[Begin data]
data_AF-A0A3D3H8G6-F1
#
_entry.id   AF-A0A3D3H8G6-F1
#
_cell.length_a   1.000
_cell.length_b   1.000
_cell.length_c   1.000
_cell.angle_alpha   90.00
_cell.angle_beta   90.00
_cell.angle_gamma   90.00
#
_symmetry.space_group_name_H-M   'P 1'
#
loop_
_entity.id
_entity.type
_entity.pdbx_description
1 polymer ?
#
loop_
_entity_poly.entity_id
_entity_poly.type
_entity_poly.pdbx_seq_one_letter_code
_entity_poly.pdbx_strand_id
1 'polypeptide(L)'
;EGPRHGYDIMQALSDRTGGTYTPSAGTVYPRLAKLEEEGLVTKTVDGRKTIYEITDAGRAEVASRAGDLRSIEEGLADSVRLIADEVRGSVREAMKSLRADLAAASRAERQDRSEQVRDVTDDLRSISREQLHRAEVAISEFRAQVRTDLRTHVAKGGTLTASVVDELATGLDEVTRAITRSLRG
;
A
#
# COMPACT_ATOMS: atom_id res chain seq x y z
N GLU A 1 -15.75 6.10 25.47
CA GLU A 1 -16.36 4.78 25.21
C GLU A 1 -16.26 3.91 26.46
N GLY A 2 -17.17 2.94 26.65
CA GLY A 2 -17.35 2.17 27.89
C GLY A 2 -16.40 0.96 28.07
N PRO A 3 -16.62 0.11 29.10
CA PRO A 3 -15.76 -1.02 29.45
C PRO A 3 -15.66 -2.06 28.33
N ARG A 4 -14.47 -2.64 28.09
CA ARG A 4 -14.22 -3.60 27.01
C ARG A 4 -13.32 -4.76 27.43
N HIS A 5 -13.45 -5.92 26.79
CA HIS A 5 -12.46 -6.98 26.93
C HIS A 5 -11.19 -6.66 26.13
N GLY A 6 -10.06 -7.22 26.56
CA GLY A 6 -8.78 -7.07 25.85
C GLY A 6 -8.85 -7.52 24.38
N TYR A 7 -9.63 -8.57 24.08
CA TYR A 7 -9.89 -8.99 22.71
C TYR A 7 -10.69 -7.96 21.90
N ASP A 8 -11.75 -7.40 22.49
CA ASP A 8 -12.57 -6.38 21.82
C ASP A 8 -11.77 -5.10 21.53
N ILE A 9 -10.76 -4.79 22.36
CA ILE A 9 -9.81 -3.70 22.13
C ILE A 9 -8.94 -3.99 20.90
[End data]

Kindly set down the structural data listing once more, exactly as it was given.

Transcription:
data_AF-A0A3D3H8G6-F1
#
_entry.id   AF-A0A3D3H8G6-F1
#
_cell.length_a   1.000
_cell.length_b   1.000
_cell.length_c   1.000
_cell.angle_alpha   90.00
_cell.angle_beta   90.00
_cell.angle_gamma   90.00
#
_symmetry.space_group_name_H-M   'P 1'
#
loop_
_entity.id
_entity.type
_entity.pdbx_description
1 polymer ?
#
loop_
_entity_poly.entity_id
_entity_poly.type
_entity_poly.pdbx_seq_one_letter_code
_entity_poly.pdbx_strand_id
1 'polypeptide(L)'
;EGPRHGYDIMQALSDRTGGTYTPSAGTVYPRLAKLEEEGLVTKTVDGRKTIYEITDAGRAEVASRAGDLRSIEEGLADSVRLIADEVRGSVREAMKSLRADLAAASRAERQDRSEQVRDVTDDLRSISREQLHRAEVAISEFRAQVRTDLRTHVAKGGTLTASVVDELATGLDEVTRAITRSLRG
;
A
#
# COMPACT_ATOMS: atom_id res chain seq x y z
N GLU A 1 -15.75 6.10 25.47
CA GLU A 1 -16.36 4.78 25.21
C GLU A 1 -16.26 3.91 26.46
N GLY A 2 -17.17 2.94 26.65
CA GLY A 2 -17.35 2.17 27.89
C GLY A 2 -16.40 0.96 28.07
N PRO A 3 -16.62 0.11 29.10
CA PRO A 3 -15.76 -1.02 29.45
C PRO A 3 -15.66 -2.06 28.33
N ARG A 4 -14.47 -2.64 28.09
CA ARG A 4 -14.22 -3.60 27.01
C ARG A 4 -13.32 -4.76 27.43
N HIS A 5 -13.45 -5.92 26.79
CA HIS A 5 -12.46 -6.98 26.93
C HIS A 5 -11.19 -6.66 26.13
N GLY A 6 -10.06 -7.22 26.56
CA GLY A 6 -8.78 -7.07 25.85
C GLY A 6 -8.85 -7.52 24.38
N TYR A 7 -9.63 -8.57 24.08
CA TYR A 7 -9.89 -8.99 22.71
C TYR A 7 -10.69 -7.96 21.90
N ASP A 8 -11.75 -7.40 22.49
CA ASP A 8 -12.57 -6.38 21.82
C ASP A 8 -11.77 -5.10 21.53
N ILE A 9 -10.76 -4.79 22.36
CA ILE A 9 -9.81 -3.70 22.13
C ILE A 9 -8.94 -3.99 20.90